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1. Lit. to start the first hole in a game of golf. It's time to tee off. Let's get on the course. What time do we tee off?
2. Fig. to begin [doing anything]; to be the first one to start something. The master of ceremonies teed off with a few jokes and then introduced the first act. Everyone is seated and ready to begin. Why don't you tee off?
tee someone off
Sl. to make someone angry. (See also teed off.) That really teed me off! Well, you sure managed to tee off everybody!
1. Start or begin, as in We teed off the fundraising drive with a banquet. This usage is a metaphor taken from golf, where tee off means "start play by driving a golf ball from the tee." [Second half of 1900s]
2. Make angry or irritated, as in That rude comment teed him off, or I was teed off because it rained all weekend. [Slang; mid-1900s] Also see tick off.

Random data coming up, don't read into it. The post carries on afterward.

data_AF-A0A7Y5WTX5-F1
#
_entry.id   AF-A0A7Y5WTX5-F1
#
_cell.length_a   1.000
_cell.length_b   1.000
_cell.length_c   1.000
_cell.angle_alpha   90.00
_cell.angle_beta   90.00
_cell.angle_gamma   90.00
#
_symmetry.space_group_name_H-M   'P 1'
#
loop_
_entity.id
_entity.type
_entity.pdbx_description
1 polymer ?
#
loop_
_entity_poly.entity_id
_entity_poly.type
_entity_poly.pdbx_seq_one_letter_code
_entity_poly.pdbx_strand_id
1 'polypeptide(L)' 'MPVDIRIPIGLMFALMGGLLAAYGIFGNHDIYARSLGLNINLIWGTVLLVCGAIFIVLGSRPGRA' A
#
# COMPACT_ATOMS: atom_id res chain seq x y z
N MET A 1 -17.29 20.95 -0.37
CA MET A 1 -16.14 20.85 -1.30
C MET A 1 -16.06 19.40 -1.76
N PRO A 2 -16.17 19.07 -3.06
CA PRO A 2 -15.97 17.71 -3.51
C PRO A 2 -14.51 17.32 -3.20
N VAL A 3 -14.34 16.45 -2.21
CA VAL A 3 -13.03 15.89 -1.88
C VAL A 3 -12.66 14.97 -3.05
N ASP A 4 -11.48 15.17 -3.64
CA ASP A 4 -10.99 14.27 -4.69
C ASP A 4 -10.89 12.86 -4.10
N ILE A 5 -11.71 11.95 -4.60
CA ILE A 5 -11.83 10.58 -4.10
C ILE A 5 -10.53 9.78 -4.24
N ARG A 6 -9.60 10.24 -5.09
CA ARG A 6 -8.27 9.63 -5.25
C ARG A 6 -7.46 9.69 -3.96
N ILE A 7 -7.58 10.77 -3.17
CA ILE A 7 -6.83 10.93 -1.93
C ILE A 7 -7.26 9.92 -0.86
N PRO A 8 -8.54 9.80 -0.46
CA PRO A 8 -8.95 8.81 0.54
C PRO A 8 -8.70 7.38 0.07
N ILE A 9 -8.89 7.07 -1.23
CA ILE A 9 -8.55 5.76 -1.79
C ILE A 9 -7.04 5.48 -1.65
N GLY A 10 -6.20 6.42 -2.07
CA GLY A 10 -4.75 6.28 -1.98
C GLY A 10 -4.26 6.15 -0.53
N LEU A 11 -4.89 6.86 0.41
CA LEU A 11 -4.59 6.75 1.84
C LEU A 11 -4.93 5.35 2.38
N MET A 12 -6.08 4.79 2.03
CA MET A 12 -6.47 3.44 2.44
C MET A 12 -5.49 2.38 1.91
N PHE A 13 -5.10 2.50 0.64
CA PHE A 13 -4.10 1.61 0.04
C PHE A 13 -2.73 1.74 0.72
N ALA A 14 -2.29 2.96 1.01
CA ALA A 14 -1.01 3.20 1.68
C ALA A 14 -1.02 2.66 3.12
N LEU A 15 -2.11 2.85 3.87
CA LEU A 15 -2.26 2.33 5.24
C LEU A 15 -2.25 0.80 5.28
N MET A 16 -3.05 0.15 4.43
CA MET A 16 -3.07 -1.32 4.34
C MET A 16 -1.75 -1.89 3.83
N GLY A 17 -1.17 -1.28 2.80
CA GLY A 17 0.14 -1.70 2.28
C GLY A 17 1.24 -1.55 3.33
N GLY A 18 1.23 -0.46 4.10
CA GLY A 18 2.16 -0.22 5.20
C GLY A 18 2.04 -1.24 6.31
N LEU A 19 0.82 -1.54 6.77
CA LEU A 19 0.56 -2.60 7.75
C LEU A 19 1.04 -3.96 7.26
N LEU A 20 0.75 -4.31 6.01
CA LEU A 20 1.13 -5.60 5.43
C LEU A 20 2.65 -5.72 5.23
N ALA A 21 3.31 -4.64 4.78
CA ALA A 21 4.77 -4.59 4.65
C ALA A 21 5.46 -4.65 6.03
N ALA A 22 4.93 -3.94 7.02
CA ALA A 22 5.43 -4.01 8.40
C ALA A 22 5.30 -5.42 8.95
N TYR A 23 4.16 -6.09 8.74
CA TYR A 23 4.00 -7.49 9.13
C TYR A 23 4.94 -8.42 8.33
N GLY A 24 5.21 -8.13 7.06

1. To drive a golf ball from the tee: The golfer teed off with a 300-yard drive.
2. To hit something or someone solidly with a sweeping blow or stroke: The batter teed off on the pitch and the ball flew over the outfield wall. The boxer was staggering, and his opponent teed off with a hard right-hand punch.
3. To start or begin something: They teed off the fundraising campaign with a dinner. We teed the evening off with cocktails at the hotel.
4. To start; begin: The conference will tee off Saturday morning.
5. Slang To make someone angry or disgusted: These phone solicitations really tee me off. The rude remarks teed off the speaker.
6. tee off on Slang To attack someone verbally: Critics teed off on the mayor for failing to balance the budget.